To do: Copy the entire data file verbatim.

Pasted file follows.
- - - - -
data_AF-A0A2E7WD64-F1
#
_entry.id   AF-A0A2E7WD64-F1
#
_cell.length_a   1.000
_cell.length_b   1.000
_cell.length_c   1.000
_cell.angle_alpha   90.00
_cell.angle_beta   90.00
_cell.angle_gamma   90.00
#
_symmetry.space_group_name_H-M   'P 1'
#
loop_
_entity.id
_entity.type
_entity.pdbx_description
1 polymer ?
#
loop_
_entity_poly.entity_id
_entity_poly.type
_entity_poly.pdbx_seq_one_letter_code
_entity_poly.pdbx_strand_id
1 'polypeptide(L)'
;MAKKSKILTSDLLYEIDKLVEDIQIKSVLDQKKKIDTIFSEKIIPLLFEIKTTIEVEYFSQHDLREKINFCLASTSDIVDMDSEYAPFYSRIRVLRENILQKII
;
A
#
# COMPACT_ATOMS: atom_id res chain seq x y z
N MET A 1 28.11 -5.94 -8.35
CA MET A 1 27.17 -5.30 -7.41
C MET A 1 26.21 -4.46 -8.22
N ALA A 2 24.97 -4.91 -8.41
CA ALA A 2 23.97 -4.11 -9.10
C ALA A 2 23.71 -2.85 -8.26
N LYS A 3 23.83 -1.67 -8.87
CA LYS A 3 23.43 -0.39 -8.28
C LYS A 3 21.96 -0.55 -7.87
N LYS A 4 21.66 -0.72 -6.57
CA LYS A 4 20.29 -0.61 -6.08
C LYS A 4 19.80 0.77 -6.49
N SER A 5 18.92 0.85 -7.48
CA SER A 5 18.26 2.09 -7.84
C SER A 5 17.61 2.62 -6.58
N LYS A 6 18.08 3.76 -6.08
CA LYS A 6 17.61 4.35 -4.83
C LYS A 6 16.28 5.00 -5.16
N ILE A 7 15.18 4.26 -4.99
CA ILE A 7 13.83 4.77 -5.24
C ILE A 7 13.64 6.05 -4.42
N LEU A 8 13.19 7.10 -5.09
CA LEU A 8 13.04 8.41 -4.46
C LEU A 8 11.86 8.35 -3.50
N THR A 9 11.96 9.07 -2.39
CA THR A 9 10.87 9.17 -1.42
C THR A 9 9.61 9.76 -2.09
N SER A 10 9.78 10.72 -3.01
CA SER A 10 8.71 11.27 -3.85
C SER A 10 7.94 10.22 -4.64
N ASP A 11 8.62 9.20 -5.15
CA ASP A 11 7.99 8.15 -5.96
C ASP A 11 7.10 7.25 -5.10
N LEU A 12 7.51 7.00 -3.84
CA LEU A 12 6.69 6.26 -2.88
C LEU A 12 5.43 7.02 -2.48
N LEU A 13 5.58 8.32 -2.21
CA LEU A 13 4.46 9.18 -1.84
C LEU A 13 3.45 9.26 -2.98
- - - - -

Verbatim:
data_AF-A0A2E7WD64-F1
#
_entry.id   AF-A0A2E7WD64-F1
#
_cell.length_a   1.000
_cell.length_b   1.000
_cell.length_c   1.000
_cell.angle_alpha   90.00
_cell.angle_beta   90.00
_cell.angle_gamma   90.00
#
_symmetry.space_group_name_H-M   'P 1'
#
loop_
_entity.id
_entity.type
_entity.pdbx_description
1 polymer ?
#
loop_
_entity_poly.entity_id
_entity_poly.type
_entity_poly.pdbx_seq_one_letter_code
_entity_poly.pdbx_strand_id
1 'polypeptide(L)'
;MAKKSKILTSDLLYEIDKLVEDIQIKSVLDQKKKIDTIFSEKIIPLLFEIKTTIEVEYFSQHDLREKINFCLASTSDIVDMDSEYAPFYSRIRVLRENILQKII
;
A
#
# COMPACT_ATOMS: atom_id res chain seq x y z
N MET A 1 28.11 -5.94 -8.35
CA MET A 1 27.17 -5.30 -7.41
C MET A 1 26.21 -4.46 -8.22
N ALA A 2 24.97 -4.91 -8.41
CA ALA A 2 23.97 -4.11 -9.10
C ALA A 2 23.71 -2.85 -8.26
N LYS A 3 23.83 -1.67 -8.87
CA LYS A 3 23.43 -0.39 -8.28
C LYS A 3 21.96 -0.55 -7.87
N LYS A 4 21.66 -0.72 -6.57
CA LYS A 4 20.29 -0.61 -6.08
C LYS A 4 19.80 0.77 -6.49
N SER A 5 18.92 0.85 -7.48
CA SER A 5 18.26 2.09 -7.84
C SER A 5 17.61 2.62 -6.58
N LYS A 6 18.08 3.76 -6.08
CA LYS A 6 17.61 4.35 -4.83
C LYS A 6 16.28 5.00 -5.16
N ILE A 7 15.18 4.26 -4.99
CA ILE A 7 13.83 4.77 -5.24
C ILE A 7 13.64 6.05 -4.42
N LEU A 8 13.19 7.10 -5.09
CA LEU A 8 13.04 8.41 -4.46
C LEU A 8 11.86 8.35 -3.50
N THR A 9 11.96 9.07 -2.39
CA THR A 9 10.87 9.17 -1.42
C THR A 9 9.61 9.76 -2.09
N SER A 10 9.78 10.72 -3.01
CA SER A 10 8.71 11.27 -3.85
C SER A 10 7.94 10.22 -4.64
N ASP A 11 8.62 9.20 -5.15
CA ASP A 11 7.99 8.15 -5.96
C ASP A 11 7.10 7.25 -5.10
N LEU A 12 7.51 7.00 -3.84
CA LEU A 12 6.69 6.26 -2.88
C LEU A 12 5.43 7.02 -2.48
N LEU A 13 5.58 8.32 -2.21
CA LEU A 13 4.46 9.18 -1.84
C LEU A 13 3.45 9.26 -2.98